How eating breakfast can help you to lose weight

How eating breakfast can help you to lose weight

22 March 2018

Written by Jennie Bayliss

Breakfast like a King
Lunch like a Prince
Dine like a Pauper

Why eating breakfast is good for you

Eating breakfast, as this old proverb indicates, is still the most important meal of the day. Several different scientific studies (see below) have shown this to be true. These studies looked at the relationship between eating breakfast, weight gain and the tendency towards Type 2 Diabetes and Heart Disease. These studies came out in favour of having breakfast to both reduce weight gain and to be healthier. So why do so many people skip it?

The main reason given was that people thought it would cut down on daily calories consumed. Some also stated there wasn’t enough time in the mornings to do this. Although skipping breakfast reduces calories early in the day, it was shown that most people ‘catch-up’ on these missing calories by eating more snacks and/or larger portions of other meals. It was also shown that people who ate breakfast were more alert at work than those who skipped this meal. Most of the studies focused on whether people ate breakfast or not and not what was eaten. And to me the ‘what’ is the most important part of having breakfast
Many people begin their day with a bowl of cereal with skimmed milk or a slice of toast with butter and marmalade washed down with a cup of coffee or orange juice. Food manufacturers make a big deal of the vitamins and minerals added to their cereals. What they don’t tell you is the 5—8 they add to the cereals are a legal requirement because their food processing destroys them. In fact up to 25 different nutrients are depleted or destroyed in the process of making most breakfast cereals. Without these essential vitamins and minerals added, the nutrient content of most cereals would be truly minimal. Another reason these breakfasts are not a good choice is down to their high sugar content and at the same time poor protein/good fat content. A breakfast that is high in sugar (including foods like cereals or bread which are quickly broken down into sugar in the body) will give you an instant hit of energy, but will also quickly raise your blood sugar levels which, without fibre protein and good fats to counter-balance it, can lead to your body converting this sugar into body fat.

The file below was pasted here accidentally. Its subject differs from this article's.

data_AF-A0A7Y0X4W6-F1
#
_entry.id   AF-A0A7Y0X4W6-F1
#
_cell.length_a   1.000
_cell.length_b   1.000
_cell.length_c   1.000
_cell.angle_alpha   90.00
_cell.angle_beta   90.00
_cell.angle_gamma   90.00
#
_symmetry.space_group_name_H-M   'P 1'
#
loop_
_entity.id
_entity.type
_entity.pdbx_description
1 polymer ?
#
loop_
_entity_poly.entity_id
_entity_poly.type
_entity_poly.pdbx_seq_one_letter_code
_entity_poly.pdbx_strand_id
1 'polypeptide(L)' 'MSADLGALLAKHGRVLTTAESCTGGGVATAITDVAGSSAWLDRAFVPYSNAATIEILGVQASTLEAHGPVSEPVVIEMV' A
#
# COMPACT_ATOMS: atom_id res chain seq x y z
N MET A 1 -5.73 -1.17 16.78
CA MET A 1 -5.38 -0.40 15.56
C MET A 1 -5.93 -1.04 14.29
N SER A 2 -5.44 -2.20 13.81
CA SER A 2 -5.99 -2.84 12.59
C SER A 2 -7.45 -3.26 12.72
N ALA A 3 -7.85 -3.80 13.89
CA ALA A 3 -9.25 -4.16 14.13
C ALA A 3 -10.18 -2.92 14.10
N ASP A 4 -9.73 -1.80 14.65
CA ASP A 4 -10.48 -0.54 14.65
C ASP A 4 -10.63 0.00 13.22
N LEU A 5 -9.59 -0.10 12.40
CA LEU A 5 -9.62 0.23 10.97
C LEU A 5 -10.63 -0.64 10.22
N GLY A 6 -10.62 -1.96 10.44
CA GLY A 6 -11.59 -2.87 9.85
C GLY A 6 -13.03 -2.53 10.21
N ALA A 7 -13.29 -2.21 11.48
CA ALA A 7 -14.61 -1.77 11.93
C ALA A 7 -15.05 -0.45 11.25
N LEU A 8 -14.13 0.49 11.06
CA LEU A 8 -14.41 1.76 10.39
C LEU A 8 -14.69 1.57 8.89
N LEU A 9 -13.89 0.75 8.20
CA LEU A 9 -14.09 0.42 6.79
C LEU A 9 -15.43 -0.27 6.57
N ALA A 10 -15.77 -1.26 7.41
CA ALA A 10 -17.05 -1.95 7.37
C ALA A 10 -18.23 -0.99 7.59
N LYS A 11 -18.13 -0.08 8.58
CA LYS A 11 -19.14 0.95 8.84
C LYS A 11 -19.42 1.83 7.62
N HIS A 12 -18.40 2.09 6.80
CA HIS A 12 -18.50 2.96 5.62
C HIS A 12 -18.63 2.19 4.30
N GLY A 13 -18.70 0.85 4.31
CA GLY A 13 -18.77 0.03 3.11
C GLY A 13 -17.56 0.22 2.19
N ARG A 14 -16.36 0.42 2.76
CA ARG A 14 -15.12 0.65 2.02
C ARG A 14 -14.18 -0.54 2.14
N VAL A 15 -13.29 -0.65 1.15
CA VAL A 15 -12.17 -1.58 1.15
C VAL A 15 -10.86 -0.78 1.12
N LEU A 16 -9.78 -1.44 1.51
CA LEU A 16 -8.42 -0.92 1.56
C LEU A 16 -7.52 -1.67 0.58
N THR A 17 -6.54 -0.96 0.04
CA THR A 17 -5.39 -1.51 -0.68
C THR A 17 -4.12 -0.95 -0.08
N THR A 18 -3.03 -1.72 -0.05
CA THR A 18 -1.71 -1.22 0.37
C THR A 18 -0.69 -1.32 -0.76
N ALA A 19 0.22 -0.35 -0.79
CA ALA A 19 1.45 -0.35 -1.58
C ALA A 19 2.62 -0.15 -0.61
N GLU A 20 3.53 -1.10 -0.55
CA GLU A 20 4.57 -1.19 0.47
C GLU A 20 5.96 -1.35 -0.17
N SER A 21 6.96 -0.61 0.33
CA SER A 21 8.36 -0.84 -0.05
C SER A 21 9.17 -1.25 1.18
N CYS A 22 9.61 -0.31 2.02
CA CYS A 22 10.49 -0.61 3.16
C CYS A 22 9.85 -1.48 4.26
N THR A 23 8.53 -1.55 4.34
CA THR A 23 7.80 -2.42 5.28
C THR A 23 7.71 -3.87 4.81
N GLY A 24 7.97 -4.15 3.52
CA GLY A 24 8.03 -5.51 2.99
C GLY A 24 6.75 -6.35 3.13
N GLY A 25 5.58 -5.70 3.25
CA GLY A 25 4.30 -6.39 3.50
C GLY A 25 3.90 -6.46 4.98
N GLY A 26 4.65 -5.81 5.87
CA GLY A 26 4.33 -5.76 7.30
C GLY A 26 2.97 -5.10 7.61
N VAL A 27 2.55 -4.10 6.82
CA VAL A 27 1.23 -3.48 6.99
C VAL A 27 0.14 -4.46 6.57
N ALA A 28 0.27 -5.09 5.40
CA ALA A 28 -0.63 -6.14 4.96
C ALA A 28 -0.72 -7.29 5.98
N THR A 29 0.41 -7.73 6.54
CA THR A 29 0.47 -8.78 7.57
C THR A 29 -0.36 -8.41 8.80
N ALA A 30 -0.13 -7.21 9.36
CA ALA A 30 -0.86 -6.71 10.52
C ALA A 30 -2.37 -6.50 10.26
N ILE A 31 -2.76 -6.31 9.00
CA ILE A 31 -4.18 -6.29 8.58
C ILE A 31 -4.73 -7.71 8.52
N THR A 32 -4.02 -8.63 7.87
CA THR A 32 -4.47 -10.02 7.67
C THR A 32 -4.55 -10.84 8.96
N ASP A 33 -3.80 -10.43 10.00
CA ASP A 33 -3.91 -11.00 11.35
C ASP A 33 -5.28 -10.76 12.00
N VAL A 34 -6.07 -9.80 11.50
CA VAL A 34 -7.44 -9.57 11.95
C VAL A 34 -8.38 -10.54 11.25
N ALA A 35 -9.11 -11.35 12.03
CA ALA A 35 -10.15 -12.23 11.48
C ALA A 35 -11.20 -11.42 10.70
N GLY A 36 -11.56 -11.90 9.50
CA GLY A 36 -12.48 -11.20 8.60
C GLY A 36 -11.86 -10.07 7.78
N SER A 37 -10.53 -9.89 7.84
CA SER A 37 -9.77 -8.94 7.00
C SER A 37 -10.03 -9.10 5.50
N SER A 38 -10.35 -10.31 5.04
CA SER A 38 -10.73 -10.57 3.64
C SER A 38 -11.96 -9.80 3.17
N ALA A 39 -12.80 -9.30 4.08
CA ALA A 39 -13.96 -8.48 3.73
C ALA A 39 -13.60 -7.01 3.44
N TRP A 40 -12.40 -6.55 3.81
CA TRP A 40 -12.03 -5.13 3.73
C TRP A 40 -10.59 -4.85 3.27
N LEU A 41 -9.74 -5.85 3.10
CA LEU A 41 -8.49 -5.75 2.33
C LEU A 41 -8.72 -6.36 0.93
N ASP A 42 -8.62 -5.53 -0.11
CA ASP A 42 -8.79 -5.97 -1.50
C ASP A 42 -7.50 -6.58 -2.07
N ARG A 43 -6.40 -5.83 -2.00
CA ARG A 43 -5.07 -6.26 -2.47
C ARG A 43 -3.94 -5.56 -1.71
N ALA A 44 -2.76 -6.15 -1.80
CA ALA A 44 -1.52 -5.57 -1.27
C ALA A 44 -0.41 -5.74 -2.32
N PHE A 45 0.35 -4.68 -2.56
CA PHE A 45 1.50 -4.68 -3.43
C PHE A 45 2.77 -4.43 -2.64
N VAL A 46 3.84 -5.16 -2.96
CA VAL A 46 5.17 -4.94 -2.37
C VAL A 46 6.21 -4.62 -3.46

What makes a healthy breakfast?

A healthy breakfast contains good amounts of quality protein. Good sources are: eggs, whey, rice or hemp protein, beans, oats, quinoa or chia seeds. You also need small amounts of good fats such as: nuts, seeds (raw or as oils) and avocado. Finally, add and some fresh or frozen fruit and ideally, some vegetables such as spinach, salad leaves, kale or greens powders.

I believe breakfast is best eaten an hour after getting up, but I know that for most people this simply isn’t possible. One way around this is the super-easy Overnight Oats recipe which as it’s name implies you make the night before. In the morning, you can grab your overnight oats from the fridge on your way out and then eat at work. This also might help you if you struggle with eating the moment you get up.

Other good examples of clean, healthy breakfasts include protein smoothies, porridge, overnight oats, chia pudding and poached eggs. Why not try out some new breakfasts for a change? Click here to see my breakfast recipes. If you don’t feel ready to change straight-away, try these new breakfasts on days that you have a little more time. When you do, notice the changes to your appetite at lunchtime and your energy levels through-out the day. This noticing may help you begin to adopt my mantra of ‘begin your day well’ with a clean, healthy breakfast, and it helps the rest of the day. I hope it will. Let me know how you get on!

Read these studies for more information

Web MD: Does breakfast reduce diabetes and heart-disease?
BBC: Skipping breakfast primes the brain to seek out fat

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